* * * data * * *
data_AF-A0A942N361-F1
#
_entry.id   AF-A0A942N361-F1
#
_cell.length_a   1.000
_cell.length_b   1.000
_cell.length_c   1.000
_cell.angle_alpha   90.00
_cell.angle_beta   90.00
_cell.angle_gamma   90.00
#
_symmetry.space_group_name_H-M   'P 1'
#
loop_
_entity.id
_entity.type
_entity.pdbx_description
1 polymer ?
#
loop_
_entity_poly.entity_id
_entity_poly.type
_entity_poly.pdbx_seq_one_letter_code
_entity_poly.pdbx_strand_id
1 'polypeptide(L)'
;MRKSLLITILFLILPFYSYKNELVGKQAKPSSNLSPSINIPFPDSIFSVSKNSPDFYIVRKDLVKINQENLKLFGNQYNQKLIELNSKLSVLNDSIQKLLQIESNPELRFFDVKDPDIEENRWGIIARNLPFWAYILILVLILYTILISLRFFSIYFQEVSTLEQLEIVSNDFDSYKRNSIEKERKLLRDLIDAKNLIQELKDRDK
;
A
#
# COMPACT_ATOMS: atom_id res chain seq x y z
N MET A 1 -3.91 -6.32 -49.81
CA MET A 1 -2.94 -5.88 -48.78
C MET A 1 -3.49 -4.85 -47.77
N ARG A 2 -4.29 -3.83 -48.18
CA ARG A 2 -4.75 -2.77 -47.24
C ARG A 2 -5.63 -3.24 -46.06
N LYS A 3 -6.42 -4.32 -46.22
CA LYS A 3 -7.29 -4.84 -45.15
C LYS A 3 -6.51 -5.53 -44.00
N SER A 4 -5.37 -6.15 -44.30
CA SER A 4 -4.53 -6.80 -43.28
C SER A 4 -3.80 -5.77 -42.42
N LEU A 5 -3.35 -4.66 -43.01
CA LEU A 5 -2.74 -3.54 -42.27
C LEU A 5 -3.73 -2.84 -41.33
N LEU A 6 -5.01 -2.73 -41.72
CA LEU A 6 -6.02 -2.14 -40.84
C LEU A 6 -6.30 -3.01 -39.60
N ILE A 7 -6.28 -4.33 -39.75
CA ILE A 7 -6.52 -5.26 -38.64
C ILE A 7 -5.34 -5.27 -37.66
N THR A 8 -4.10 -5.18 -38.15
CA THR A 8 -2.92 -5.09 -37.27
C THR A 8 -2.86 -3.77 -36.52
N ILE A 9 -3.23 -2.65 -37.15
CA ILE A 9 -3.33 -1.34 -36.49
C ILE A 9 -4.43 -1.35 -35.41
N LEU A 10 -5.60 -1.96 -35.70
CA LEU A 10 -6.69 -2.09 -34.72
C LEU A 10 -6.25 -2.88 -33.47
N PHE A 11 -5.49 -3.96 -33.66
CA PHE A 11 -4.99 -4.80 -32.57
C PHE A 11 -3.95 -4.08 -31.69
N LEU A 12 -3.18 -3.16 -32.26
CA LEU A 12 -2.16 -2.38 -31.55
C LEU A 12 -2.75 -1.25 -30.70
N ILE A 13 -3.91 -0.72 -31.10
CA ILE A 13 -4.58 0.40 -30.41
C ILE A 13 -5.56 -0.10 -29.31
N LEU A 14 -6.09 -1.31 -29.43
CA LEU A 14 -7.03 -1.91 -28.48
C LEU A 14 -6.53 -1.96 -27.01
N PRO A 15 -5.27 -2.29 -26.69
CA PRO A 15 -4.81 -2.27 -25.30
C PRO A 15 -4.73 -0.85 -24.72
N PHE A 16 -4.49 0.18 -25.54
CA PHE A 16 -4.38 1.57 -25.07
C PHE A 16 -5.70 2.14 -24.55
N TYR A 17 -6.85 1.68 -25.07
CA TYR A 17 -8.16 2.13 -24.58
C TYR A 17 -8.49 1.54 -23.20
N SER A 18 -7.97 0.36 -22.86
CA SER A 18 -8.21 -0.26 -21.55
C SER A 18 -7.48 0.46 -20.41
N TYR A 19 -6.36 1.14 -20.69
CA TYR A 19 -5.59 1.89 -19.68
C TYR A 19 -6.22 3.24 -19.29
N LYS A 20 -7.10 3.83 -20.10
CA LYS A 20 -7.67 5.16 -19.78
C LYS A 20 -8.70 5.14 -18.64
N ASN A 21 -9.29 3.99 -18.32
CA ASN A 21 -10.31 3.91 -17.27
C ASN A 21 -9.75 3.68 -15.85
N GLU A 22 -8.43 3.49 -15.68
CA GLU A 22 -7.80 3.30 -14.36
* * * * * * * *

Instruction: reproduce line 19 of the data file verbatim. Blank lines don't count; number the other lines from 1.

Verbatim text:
#